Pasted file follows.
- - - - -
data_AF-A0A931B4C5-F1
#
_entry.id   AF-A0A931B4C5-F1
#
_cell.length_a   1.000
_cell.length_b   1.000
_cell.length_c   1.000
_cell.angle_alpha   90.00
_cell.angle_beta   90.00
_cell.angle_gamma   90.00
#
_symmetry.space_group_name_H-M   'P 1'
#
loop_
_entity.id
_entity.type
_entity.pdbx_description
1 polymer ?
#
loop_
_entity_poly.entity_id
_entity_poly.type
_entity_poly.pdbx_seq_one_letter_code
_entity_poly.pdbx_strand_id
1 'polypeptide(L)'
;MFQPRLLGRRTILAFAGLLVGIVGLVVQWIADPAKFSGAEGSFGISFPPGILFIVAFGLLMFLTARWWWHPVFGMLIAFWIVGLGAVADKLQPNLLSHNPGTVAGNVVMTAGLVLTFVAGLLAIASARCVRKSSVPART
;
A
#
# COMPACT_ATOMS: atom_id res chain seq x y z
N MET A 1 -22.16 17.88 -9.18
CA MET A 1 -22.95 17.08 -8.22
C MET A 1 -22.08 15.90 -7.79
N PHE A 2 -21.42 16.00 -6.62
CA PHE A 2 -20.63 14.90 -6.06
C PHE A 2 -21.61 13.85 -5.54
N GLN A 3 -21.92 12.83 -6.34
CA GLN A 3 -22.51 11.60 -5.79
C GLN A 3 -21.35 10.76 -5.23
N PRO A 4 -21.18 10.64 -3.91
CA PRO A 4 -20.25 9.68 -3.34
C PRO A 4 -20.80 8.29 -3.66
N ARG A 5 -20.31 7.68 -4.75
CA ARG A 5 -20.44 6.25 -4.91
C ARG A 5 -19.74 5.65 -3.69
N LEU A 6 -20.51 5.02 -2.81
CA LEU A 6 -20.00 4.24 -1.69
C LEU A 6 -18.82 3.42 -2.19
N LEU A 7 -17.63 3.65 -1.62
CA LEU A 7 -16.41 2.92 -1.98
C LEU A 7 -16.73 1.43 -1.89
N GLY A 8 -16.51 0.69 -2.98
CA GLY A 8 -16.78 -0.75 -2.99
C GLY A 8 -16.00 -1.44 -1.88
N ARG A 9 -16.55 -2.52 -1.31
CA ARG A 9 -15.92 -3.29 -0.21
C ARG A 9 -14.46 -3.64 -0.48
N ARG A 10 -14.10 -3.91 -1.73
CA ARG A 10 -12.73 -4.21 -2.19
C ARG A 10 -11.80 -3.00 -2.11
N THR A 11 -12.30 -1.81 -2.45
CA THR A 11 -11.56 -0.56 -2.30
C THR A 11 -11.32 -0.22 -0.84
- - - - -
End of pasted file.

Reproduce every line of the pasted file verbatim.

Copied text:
data_AF-A0A931B4C5-F1
#
_entry.id   AF-A0A931B4C5-F1
#
_cell.length_a   1.000
_cell.length_b   1.000
_cell.length_c   1.000
_cell.angle_alpha   90.00
_cell.angle_beta   90.00
_cell.angle_gamma   90.00
#
_symmetry.space_group_name_H-M   'P 1'
#
loop_
_entity.id
_entity.type
_entity.pdbx_description
1 polymer ?
#
loop_
_entity_poly.entity_id
_entity_poly.type
_entity_poly.pdbx_seq_one_letter_code
_entity_poly.pdbx_strand_id
1 'polypeptide(L)'
;MFQPRLLGRRTILAFAGLLVGIVGLVVQWIADPAKFSGAEGSFGISFPPGILFIVAFGLLMFLTARWWWHPVFGMLIAFWIVGLGAVADKLQPNLLSHNPGTVAGNVVMTAGLVLTFVAGLLAIASARCVRKSSVPART
;
A
#
# COMPACT_ATOMS: atom_id res chain seq x y z
N MET A 1 -22.16 17.88 -9.18
CA MET A 1 -22.95 17.08 -8.22
C MET A 1 -22.08 15.90 -7.79
N PHE A 2 -21.42 16.00 -6.62
CA PHE A 2 -20.63 14.90 -6.06
C PHE A 2 -21.61 13.85 -5.54
N GLN A 3 -21.92 12.83 -6.34
CA GLN A 3 -22.51 11.60 -5.79
C GLN A 3 -21.35 10.76 -5.23
N PRO A 4 -21.18 10.64 -3.91
CA PRO A 4 -20.25 9.68 -3.34
C PRO A 4 -20.80 8.29 -3.66
N ARG A 5 -20.31 7.68 -4.75
CA ARG A 5 -20.44 6.25 -4.91
C ARG A 5 -19.74 5.65 -3.69
N LEU A 6 -20.51 5.02 -2.81
CA LEU A 6 -20.00 4.24 -1.69
C LEU A 6 -18.82 3.42 -2.19
N LEU A 7 -17.63 3.65 -1.62
CA LEU A 7 -16.41 2.92 -1.98
C LEU A 7 -16.73 1.43 -1.89
N GLY A 8 -16.51 0.69 -2.98
CA GLY A 8 -16.78 -0.75 -2.99
C GLY A 8 -16.00 -1.44 -1.88
N ARG A 9 -16.55 -2.52 -1.31
CA ARG A 9 -15.92 -3.29 -0.21
C ARG A 9 -14.46 -3.64 -0.48
N ARG A 10 -14.10 -3.91 -1.73
CA ARG A 10 -12.73 -4.21 -2.19
C ARG A 10 -11.80 -3.00 -2.11
N THR A 11 -12.30 -1.81 -2.45
CA THR A 11 -11.56 -0.56 -2.30
C THR A 11 -11.32 -0.22 -0.84